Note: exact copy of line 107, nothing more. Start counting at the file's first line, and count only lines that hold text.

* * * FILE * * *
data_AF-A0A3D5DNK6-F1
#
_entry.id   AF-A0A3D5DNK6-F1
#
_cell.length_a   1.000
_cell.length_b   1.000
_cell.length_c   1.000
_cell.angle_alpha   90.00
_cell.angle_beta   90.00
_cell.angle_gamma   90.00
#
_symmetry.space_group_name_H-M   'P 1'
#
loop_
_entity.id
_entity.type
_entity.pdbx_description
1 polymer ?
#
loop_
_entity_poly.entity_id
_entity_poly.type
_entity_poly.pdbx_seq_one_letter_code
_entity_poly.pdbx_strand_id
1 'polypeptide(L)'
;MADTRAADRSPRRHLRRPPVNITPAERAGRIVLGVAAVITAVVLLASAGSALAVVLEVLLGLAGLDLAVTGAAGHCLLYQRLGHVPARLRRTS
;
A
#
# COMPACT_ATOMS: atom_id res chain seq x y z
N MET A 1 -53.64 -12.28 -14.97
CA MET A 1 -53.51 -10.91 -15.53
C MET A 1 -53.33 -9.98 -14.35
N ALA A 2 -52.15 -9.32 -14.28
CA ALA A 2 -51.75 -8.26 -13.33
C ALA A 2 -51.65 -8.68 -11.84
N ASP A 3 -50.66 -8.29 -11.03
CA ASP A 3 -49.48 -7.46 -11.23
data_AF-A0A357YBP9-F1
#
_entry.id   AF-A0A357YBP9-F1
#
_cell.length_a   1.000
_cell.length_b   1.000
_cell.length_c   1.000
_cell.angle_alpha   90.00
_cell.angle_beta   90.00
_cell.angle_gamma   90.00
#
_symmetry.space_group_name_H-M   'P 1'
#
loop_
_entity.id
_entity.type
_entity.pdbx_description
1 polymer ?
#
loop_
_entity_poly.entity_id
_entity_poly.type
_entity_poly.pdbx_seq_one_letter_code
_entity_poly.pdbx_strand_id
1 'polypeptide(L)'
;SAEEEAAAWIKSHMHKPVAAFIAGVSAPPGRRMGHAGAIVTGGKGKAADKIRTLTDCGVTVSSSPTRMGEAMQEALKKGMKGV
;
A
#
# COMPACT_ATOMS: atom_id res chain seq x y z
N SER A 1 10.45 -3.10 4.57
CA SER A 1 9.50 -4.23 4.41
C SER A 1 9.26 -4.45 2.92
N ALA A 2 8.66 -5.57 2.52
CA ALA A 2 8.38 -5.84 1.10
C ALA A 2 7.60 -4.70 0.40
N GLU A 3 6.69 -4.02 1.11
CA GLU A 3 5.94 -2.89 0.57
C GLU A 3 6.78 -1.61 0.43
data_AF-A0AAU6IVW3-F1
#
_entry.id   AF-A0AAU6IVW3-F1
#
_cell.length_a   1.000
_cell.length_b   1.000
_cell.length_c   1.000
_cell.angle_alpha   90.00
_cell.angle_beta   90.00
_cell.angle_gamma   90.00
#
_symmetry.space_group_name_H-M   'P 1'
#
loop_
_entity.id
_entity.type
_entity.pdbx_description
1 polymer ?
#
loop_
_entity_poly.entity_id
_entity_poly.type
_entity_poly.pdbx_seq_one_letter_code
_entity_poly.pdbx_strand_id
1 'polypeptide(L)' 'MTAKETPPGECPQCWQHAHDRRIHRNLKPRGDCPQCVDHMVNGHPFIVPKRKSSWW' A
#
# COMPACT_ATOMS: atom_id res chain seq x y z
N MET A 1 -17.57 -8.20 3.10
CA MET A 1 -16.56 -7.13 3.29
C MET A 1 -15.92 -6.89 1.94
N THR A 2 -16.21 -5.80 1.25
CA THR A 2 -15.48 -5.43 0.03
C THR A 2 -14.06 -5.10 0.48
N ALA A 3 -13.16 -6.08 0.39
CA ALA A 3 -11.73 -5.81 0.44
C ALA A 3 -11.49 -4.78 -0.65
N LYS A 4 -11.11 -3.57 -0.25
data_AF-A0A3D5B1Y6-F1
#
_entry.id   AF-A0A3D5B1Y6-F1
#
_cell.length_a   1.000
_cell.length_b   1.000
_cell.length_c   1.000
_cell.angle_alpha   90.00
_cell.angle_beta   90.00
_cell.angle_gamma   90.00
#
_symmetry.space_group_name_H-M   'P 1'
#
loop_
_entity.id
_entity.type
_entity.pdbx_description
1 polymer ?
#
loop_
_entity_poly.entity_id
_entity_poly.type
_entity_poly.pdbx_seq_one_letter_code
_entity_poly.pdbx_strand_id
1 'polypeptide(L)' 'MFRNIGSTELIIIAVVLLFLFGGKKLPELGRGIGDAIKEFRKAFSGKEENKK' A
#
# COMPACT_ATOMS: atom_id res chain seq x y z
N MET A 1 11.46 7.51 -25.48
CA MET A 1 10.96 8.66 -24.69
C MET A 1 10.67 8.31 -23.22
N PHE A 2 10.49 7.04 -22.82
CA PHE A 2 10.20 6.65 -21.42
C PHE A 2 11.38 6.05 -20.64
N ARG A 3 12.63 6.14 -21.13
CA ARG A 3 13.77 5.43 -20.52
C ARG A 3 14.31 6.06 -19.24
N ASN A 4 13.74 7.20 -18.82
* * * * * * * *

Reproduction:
C MET A 1 -15.92 -6.89 1.94